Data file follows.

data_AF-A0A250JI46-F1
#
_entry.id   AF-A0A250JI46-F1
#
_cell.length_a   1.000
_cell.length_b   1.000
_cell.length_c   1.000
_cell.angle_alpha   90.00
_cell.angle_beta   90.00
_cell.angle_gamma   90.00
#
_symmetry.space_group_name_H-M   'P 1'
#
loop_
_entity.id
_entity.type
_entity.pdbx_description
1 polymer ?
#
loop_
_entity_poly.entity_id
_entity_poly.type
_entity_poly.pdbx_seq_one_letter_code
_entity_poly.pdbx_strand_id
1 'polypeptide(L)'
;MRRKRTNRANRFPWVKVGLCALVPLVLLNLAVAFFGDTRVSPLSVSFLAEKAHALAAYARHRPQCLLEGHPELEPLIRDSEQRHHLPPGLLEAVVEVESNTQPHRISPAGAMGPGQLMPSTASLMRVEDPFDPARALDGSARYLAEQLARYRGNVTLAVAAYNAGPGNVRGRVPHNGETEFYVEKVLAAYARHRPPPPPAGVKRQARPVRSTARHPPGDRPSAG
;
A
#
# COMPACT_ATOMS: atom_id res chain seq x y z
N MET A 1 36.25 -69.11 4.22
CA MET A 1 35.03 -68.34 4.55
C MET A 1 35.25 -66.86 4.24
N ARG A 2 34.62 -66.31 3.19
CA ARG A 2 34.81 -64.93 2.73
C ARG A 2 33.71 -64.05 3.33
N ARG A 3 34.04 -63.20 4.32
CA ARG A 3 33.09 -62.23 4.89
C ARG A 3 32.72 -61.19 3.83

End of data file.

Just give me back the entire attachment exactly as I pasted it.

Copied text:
data_AF-A0A250JI46-F1
#
_entry.id   AF-A0A250JI46-F1
#
_cell.length_a   1.000
_cell.length_b   1.000
_cell.length_c   1.000
_cell.angle_alpha   90.00
_cell.angle_beta   90.00
_cell.angle_gamma   90.00
#
_symmetry.space_group_name_H-M   'P 1'
#
loop_
_entity.id
_entity.type
_entity.pdbx_description
1 polymer ?
#
loop_
_entity_poly.entity_id
_entity_poly.type
_entity_poly.pdbx_seq_one_letter_code
_entity_poly.pdbx_strand_id
1 'polypeptide(L)'
;MRRKRTNRANRFPWVKVGLCALVPLVLLNLAVAFFGDTRVSPLSVSFLAEKAHALAAYARHRPQCLLEGHPELEPLIRDSEQRHHLPPGLLEAVVEVESNTQPHRISPAGAMGPGQLMPSTASLMRVEDPFDPARALDGSARYLAEQLARYRGNVTLAVAAYNAGPGNVRGRVPHNGETEFYVEKVLAAYARHRPPPPPAGVKRQARPVRSTARHPPGDRPSAG
;
A
#
# COMPACT_ATOMS: atom_id res chain seq x y z
N MET A 1 36.25 -69.11 4.22
CA MET A 1 35.03 -68.34 4.55
C MET A 1 35.25 -66.86 4.24
N ARG A 2 34.62 -66.31 3.19
CA ARG A 2 34.81 -64.93 2.73
C ARG A 2 33.71 -64.05 3.33
N ARG A 3 34.04 -63.20 4.32
CA ARG A 3 33.09 -62.23 4.89
C ARG A 3 32.72 -61.19 3.83